Digital Payments

Retail’s Digital Shift Stays In Gear

Retail’s Digital Shift Stays In Gear

Will retail survive the pandemic? Of course it will – but things will be different. No one is sure exactly what “different” means or even looks like just yet, but as PYMNTS research has tracked the pandemic and its impacts, certain trends are taking on an air of permanence.

As of April 27, PYMNTS had surveyed more than 12,000 consumers for our fifth report chronicling the pandemic. The big reveal in the latest findings is that despite protests and widespread calls to reopen the economy immediately, twice the number of Americans have no interest in reopening or restarting until they feel safe. That feeling of safety would come with a vaccine, as our analyses have shown – and that takes time.

Which leads us to what is being dubbed “the digital shift.” Perhaps the greatest change we’ve experienced as stay-at-home orders, mass job losses and just plain fear have kept people out of physical stores is the new normal of eCommerce everything.

As our latest reporting notes, “In just eight short weeks, we have observed six times more consumers working from home, four times more consumers buying groceries online instead of going into the grocery store, four times more consumers ordering takeout from aggregators or their favorite restaurants, and three times more consumers shopping online for things other than groceries.”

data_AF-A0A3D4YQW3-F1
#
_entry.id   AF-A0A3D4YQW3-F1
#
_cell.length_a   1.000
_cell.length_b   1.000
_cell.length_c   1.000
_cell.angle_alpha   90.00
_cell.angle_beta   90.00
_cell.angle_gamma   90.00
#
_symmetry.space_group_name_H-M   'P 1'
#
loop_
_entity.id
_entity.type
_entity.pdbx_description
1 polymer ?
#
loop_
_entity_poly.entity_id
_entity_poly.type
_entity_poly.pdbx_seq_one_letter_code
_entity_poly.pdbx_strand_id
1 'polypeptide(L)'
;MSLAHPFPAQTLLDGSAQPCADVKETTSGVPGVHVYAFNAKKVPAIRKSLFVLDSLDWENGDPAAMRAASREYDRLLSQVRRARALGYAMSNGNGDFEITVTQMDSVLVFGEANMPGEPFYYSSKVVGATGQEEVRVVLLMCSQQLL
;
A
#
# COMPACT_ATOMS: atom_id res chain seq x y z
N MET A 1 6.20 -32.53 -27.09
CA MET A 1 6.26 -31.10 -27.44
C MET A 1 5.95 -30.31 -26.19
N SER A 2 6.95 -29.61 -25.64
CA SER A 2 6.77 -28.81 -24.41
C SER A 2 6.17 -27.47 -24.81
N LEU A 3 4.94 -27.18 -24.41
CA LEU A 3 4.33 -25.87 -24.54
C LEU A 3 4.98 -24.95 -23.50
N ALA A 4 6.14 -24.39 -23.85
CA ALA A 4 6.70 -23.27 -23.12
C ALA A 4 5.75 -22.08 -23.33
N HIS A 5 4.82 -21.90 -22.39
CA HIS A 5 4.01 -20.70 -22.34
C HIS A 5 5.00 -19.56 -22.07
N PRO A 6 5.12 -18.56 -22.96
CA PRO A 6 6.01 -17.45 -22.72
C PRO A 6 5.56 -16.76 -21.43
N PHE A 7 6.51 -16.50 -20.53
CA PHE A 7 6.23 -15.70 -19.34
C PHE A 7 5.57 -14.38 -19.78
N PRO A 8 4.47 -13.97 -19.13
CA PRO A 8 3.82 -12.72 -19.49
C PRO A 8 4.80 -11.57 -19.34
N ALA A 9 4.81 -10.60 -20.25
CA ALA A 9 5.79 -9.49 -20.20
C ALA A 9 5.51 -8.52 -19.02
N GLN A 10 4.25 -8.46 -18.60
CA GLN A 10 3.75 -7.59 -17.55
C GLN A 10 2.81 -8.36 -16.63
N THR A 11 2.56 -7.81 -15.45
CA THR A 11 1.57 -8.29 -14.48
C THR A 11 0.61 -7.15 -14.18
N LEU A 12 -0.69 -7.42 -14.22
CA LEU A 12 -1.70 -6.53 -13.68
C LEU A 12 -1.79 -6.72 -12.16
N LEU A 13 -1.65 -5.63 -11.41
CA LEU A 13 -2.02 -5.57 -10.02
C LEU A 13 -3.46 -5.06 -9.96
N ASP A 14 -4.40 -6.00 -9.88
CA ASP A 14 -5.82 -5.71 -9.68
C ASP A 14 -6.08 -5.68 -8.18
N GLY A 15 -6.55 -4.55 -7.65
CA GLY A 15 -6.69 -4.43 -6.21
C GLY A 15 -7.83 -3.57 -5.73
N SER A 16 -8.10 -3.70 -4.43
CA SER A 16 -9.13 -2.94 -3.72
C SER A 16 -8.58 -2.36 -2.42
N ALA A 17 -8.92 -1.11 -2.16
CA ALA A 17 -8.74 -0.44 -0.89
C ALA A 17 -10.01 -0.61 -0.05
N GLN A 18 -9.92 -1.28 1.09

On April 27, some 66 percent of responding consumers told PYMNTS that a trip to the grocery store sounded too risky, and 64 percent said they feel uneasy in all retail stores now. And given that 53 percent of the consumers we polled believe the pandemic will last over seven months –up from estimates of closer to five months seen in findings only two weeks earlier – it seems that Americans don’t trust the situation outside, which means the digital shift will drive on for now.



The September 2020 Leveraging The Digital Banking Shift Study, PYMNTS examines consumers’ growing use of online and mobile tools to open and manage accounts as well as the factors that are paramount in building and maintaining trust in the current economic environment. The report is based on a survey of nearly 2,200 account-holding U.S. consumers.